Nurse’s Notes: Cellulitis of the Face

Posted: October 5, 2018 in Nurse
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Cellulitis of the Face

More than five patients came in to our department with facial swelling. They were diagnosed to have cellulitis of the face.

And that should I share with you all.

Cellulitis is a bacterial infection of the skin and its inner layers- dermis and subcutaneous tissue. Streptococcus and Staphylococcus bacteria are known to cause cellulitis. Other bacteria such as Clostridium species and Pneumococcus can also bring cellulitis.

Cellulitis can occur to any ages of both male and female but is usually common to middle- aged individuals. Cellulitis is not a contagious condition.

Management of cellulitis particularly of the face is focused on combatting bacteria. So as a nurse you are tasked to follow the following intervention for cellulitis (facial);

  • Assess vital signs, noting for elevated temperature.
  • Assess area of cellulitis, take note of redness, swelling and hardness.
  • Obtain medical history of patient, whether known hypertensive or diabetic.
  • Give prescribed medicines (antibacterials, analgesics).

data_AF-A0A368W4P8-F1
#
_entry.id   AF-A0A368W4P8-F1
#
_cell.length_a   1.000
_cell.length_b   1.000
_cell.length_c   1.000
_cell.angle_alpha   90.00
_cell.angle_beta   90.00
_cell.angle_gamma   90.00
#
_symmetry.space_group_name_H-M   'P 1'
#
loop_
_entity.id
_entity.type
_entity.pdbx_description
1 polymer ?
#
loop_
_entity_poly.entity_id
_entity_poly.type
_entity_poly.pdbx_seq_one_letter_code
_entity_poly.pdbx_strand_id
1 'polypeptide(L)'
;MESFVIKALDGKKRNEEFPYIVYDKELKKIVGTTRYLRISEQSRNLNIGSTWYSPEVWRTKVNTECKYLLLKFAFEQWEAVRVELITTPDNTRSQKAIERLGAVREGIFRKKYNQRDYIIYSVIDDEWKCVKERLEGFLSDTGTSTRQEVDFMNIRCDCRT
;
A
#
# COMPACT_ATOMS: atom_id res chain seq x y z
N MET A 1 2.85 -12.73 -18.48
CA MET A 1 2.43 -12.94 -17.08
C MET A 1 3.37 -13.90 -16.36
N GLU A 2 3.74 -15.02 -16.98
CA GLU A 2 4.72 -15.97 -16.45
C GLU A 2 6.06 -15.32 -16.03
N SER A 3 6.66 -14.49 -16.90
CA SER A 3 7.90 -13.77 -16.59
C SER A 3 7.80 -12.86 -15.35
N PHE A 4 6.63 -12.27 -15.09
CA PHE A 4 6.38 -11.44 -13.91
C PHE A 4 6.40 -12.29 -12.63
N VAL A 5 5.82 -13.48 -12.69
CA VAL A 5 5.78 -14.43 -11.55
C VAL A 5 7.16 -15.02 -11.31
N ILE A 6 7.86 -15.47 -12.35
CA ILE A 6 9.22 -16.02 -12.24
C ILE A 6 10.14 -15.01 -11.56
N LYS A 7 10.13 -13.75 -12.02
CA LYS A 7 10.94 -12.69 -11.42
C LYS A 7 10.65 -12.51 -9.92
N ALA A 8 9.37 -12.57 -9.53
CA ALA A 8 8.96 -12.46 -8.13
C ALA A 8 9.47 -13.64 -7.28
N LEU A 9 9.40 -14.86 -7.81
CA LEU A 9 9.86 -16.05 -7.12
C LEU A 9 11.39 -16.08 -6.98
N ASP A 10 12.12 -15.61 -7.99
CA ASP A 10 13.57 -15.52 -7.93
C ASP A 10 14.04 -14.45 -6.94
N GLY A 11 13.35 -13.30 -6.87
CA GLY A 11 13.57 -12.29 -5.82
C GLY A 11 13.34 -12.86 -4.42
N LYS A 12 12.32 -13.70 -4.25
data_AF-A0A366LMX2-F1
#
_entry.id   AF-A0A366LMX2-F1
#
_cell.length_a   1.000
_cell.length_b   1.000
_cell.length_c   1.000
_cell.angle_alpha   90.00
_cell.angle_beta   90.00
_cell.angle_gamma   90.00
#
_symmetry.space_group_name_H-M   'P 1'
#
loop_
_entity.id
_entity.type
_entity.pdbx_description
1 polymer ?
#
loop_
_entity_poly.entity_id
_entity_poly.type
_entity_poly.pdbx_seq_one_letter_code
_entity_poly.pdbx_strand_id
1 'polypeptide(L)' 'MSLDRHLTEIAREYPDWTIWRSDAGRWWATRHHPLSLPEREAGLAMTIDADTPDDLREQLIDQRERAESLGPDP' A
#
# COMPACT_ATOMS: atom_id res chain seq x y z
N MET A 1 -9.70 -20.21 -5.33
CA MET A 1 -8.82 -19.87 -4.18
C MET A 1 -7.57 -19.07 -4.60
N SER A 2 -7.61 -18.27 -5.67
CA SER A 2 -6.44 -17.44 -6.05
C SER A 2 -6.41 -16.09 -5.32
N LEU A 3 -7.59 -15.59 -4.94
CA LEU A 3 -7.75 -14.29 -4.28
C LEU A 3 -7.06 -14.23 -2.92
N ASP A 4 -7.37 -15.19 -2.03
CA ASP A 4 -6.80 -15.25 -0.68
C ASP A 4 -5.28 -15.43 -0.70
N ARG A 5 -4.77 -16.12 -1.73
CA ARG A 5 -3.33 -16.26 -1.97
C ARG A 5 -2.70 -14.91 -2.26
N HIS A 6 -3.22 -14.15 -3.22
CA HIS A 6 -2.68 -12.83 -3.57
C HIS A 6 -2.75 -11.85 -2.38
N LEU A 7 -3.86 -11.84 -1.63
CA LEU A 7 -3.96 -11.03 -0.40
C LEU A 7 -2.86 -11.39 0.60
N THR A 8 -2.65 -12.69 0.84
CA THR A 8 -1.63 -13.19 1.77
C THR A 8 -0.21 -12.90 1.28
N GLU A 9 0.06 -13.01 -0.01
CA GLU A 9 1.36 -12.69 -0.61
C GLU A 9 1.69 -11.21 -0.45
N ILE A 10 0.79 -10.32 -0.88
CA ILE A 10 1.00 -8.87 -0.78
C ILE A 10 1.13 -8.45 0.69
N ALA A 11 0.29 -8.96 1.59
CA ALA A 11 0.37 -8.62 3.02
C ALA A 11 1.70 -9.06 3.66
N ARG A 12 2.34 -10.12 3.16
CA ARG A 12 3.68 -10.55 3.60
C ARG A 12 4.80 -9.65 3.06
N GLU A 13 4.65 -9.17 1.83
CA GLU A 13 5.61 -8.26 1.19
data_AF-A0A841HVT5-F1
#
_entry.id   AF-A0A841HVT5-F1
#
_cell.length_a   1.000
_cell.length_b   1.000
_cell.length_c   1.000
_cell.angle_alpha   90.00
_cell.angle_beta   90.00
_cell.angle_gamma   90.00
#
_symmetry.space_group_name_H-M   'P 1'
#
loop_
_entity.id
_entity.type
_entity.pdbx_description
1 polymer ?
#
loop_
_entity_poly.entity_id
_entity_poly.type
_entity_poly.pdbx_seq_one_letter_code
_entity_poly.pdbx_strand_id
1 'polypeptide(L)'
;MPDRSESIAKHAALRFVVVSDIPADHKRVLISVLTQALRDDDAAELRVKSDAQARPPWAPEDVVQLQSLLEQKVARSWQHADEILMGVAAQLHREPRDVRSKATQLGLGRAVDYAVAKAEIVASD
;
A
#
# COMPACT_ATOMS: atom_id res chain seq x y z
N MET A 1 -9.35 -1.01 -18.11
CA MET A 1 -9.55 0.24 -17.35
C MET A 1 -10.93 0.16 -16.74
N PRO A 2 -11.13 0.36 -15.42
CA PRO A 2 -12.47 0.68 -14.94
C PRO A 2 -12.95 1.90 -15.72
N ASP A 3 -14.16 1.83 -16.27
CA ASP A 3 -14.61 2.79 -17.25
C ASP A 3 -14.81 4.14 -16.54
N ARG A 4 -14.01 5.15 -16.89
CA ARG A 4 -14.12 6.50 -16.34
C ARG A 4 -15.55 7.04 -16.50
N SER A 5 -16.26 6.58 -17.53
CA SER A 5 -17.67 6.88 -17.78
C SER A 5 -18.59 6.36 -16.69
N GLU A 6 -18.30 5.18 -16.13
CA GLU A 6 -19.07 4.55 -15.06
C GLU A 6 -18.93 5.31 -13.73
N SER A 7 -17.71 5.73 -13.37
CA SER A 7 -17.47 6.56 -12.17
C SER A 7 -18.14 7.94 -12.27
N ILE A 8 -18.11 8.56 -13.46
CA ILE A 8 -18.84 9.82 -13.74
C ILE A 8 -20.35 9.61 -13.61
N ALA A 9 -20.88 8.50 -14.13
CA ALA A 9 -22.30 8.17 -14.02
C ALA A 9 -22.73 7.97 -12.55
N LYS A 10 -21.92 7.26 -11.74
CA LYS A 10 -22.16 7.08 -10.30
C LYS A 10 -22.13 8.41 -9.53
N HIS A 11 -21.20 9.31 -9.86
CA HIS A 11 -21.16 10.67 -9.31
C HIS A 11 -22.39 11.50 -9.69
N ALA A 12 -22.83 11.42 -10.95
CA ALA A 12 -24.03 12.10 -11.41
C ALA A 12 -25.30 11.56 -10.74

• Ask whethee patients with facial cellulitis has allergy to antibacterials especially penicillin and its derivatives.
  • For patient with severe cellulitis of the face, prepare for possible surgery (incision and drainage of abscess).
  • Ensure patient understands importance of surgery by securing the consent.
  • During surgical procedure, maintain sterility.
  • Ensure that post- op and dischathed instructions are understood.
  • Document patient complains, signs and symptoms, procedure done and outcome properly.

A person can prevent occurence lf cellulitis of the face by eating nutritious food, avoiding smoking, proper hygiene (oral hygiene), treating underlying conditions such as diabetes, and caring for cuts or wounds in the skin.

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